Things you might not know about Sherlock Holmes creator Sir Arthur Conan Doyle

Ahead of ITV drama Arthur & George we lift the lid on the man who made 221b Baker Street one of the most famous addresses in the world...

ITV’s new period drama Arthur & George is based on a real-life crime mystery that inspired the author Sir Arthur Conan Doyle to turn detective.


Based on Julian Barnes’s novel of the same name, the three-part drama sees Martin Clunes’ Conan Doyle form a Watson-and-Holmes-style double-act with his secretary Alfred “Woodie” Wood, played by Downton Abbey star Charles Edwards.

The plot focuses on the pair’s attempts to clear George Edalji, a half-Indian solicitor played by Arsher Ali (pictured below) who was imprisoned for a series of bizarre attacks on livestock in a small Staffordshire community in 1903 known as the Great Wyrley outrages.

But what do we know about the real Sir Arthur Conan Doyle, the writer to whom Benedict Cumberbatch owes so much?

Here is our guide to the legendary scribe…

His real name was Doyle

Conan is a middle name. And his full name was Sir Arthur Ignatius Conan Doyle. He added the Conan shortly after leaving school. Get him!

He was a sporting pioneer, first as a motorist….

Conan Doyle was one of Britain’s very first Jeremy Clarksons, reportedly buying a car before he could even drive. He also took part in in the 1911 Prince Henry Tour, an international road competition organised by Prince Henry of Prussia to pit British cars against German ones.

..and as a cricketer…

Conan Doyle was on the same cricket team – the Allahakbarries – as Peter Pan writer JM Barrie and Winnie the Pooh creator AA Milne. He also took a first class wicket as a bowler – the scalp of none none other than the great W.G Grace.

..and as a footballer

Under the pseudonym AC Smith, the writer played as a goalkeeper for amateur side Portsmouth Association Football Club, a precursor of the modern Portsmouth FC.

…and as a skier

Conan Doyle was also one of the first British skiers and predicted – correctly – that hordes of Europeans would one day take up the sport. Skiing widows today can blame the Sherlock Holmes creator for their travails.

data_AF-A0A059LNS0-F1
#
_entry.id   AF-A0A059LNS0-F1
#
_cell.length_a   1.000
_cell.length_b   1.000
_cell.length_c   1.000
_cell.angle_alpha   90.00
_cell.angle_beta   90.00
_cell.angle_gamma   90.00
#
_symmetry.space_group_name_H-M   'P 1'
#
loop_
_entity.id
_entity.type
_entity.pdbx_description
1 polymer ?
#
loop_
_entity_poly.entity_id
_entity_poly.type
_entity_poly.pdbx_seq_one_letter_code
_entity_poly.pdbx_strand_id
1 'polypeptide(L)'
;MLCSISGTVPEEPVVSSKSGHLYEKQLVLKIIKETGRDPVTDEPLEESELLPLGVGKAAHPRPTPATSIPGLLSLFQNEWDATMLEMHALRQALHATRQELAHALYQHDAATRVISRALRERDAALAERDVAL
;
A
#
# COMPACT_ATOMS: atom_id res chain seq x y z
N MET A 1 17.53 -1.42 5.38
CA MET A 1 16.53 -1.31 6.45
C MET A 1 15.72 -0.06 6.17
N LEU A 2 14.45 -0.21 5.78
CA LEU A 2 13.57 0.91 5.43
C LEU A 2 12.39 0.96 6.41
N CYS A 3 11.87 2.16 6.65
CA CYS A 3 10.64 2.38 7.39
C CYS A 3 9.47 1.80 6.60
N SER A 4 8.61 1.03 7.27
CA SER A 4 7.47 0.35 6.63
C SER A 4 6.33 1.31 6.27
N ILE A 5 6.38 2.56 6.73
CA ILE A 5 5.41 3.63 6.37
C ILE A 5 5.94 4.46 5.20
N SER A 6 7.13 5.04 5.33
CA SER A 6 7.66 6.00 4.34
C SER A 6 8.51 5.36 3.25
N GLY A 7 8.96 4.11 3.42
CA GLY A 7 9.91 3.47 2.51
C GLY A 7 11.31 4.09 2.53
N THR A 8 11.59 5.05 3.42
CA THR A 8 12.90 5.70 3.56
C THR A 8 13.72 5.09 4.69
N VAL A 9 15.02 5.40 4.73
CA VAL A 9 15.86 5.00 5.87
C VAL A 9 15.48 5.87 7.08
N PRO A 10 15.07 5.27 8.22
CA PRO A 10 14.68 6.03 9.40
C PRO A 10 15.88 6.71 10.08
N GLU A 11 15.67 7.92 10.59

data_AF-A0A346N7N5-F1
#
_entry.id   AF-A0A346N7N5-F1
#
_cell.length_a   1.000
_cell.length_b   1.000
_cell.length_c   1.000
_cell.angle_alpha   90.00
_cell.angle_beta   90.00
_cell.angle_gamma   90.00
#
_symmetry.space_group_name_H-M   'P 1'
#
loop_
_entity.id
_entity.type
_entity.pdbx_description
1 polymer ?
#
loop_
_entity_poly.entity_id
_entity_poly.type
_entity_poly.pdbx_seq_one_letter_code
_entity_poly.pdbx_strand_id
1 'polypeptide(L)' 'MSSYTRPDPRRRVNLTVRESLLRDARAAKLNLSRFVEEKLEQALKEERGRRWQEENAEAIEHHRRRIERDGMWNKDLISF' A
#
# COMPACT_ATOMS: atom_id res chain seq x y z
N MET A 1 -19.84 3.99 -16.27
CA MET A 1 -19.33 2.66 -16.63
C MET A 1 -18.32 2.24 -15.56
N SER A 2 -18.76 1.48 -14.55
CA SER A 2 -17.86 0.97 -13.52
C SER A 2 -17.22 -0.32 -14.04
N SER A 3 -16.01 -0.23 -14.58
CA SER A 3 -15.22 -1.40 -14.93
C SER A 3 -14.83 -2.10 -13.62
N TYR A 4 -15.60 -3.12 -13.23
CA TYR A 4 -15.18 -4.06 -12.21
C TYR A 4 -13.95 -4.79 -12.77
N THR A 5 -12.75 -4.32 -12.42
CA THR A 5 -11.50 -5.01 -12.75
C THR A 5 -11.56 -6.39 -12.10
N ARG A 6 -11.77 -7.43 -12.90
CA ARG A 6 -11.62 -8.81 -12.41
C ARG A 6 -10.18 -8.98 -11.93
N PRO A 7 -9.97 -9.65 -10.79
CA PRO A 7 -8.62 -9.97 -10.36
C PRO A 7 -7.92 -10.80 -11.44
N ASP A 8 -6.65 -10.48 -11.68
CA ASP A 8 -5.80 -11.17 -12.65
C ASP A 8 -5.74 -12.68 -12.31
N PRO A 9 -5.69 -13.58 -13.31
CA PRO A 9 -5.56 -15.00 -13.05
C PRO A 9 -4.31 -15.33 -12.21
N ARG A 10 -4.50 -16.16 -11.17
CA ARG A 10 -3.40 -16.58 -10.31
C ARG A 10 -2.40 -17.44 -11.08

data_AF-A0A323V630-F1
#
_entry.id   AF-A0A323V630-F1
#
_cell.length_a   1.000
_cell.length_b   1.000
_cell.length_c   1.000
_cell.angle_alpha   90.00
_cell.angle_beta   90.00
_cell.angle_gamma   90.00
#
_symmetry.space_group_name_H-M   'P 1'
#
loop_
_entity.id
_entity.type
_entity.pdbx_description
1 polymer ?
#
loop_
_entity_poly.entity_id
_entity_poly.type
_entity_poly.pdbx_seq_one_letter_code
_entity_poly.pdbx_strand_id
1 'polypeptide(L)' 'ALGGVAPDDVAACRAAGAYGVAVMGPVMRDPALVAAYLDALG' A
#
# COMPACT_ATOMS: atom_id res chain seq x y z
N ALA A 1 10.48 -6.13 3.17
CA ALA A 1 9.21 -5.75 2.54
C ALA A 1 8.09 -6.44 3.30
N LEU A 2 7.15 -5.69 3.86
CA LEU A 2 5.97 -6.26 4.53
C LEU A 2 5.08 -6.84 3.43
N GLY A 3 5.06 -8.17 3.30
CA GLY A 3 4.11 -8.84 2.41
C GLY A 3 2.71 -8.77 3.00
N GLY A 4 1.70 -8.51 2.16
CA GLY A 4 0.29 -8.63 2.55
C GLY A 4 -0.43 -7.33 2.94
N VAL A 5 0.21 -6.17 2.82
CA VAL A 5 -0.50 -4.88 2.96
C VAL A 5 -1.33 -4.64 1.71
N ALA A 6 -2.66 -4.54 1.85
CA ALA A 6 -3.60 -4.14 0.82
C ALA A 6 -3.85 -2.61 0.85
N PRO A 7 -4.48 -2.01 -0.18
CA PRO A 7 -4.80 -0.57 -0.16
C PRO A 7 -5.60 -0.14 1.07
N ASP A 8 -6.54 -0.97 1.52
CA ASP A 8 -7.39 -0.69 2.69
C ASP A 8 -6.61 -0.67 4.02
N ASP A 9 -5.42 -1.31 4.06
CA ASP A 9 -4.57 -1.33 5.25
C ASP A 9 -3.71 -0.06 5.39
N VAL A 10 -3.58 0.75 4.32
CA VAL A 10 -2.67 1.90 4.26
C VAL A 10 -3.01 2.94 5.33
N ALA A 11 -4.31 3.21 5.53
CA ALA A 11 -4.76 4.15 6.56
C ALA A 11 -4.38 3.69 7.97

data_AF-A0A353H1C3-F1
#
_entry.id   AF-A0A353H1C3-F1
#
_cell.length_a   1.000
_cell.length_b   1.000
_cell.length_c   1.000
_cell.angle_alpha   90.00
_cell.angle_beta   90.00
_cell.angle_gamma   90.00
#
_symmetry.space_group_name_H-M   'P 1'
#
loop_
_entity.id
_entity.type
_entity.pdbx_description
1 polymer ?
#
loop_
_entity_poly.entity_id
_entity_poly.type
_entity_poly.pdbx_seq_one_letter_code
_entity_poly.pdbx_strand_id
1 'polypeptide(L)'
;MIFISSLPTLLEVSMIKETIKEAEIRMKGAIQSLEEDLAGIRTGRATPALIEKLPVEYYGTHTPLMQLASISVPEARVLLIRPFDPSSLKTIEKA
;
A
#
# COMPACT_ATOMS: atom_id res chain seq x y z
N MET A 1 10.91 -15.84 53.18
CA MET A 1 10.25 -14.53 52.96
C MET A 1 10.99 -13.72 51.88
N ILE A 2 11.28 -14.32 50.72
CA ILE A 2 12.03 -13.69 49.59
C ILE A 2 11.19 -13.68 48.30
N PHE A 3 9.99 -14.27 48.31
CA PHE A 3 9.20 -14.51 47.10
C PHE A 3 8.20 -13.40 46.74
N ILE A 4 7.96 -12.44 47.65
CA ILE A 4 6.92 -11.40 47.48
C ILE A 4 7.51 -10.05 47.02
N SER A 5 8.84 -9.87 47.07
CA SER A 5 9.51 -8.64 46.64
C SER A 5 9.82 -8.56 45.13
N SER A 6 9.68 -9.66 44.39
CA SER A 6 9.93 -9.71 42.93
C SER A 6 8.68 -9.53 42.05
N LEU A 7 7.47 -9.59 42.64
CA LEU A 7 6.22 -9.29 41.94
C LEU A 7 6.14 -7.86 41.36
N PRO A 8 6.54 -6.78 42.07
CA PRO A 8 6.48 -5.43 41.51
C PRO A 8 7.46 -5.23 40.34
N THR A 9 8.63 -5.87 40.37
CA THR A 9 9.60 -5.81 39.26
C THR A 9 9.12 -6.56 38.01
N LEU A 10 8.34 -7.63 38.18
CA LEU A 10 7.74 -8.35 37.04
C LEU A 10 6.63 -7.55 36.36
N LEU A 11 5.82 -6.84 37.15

He was a less successful politician…

He ran for Parliament as a member of the Liberal Unionist Party in 1900 and 1906 and failed to be elected on both occasions.

…And an even less successful eye doctor

He set up an ophthalmology practice in London (a blue plaque marks the spot at No. 2 Upper Wimpole St, London W1) but wrote in his autobiography that not a single patient ever crossed his door. But this did mean that he could dedicate more time to his writing.

Sherlock Holmes was based on someone real

Holmes was partially modelled on his former university teacher Joseph Bell. “It is most certainly to you that I owe Sherlock Holmes,” he wrote to him. “Round the centre of deduction and inference and observation which I have heard you inculcate I have tried to build up a man.” Dr (John) Watson owes his surname, but probably little else, to a Portsmouth medical colleague of Conan Doyle’s, Dr James Watson.

But Conan Doyle didn’t like Sherlock very much

In November 1891 he wrote to his mother: “I think of slaying Holmes … and winding him up for good and all. He takes my mind from better things.” His mother responded, “You won’t! You can’t! You mustn’t!” In order to dampen his publisher’s constant demand for Holmes stories he inflated his fees – but found they were still keen to accept his rates, making him one of the best-paid authors of his day.

He probably wasn’t made a Sir for his Sherlock Holmes books

By the time he was Knighted in 1902, Conan Doyle’s Sherlock Holmes stories were massive hits, but most people believe he was made a Sir for a short pamphlet called The War in South Africa: Its Cause and Conduct which pleased the authorities by praising the British military campaign in South Africa.

He had some unconventional ideas

Conan Doyle was convinced by the Cottingley Fairy photographs, the famous 1917 hoax, and even spent vast sums of his own money promoting them. He also wrote a book, The Coming of the Fairies in 1921 about their authenticity. Conan Doyle was an advocate of spiritualism as well – many think to deal with his grief over the death during the First World War of his beloved eldest son Kingsley. He often used mediums – something which brought him into conflict with his friend the escapologist Harry Houdini who believed they were fraudsters. Conan Doyle chose to believe that Houdini was himself a spiritualist who denied his own talents. They fell out.

He never contacted the living after his own death

Sir Arthur Conan Doyle died on July 7, 1930 aged 71 of a heart attack. He collapsed in his garden, clutching his heart with one hand and holding a flower in the other. His last words were to his (second) wife, whispering: “You are wonderful.” A séance was conducted at the Royal Albert Hall after his death attended by thousands including his wife and children.  But he never appeared…


Arthur & George airs on ITV on Mondays at 9pm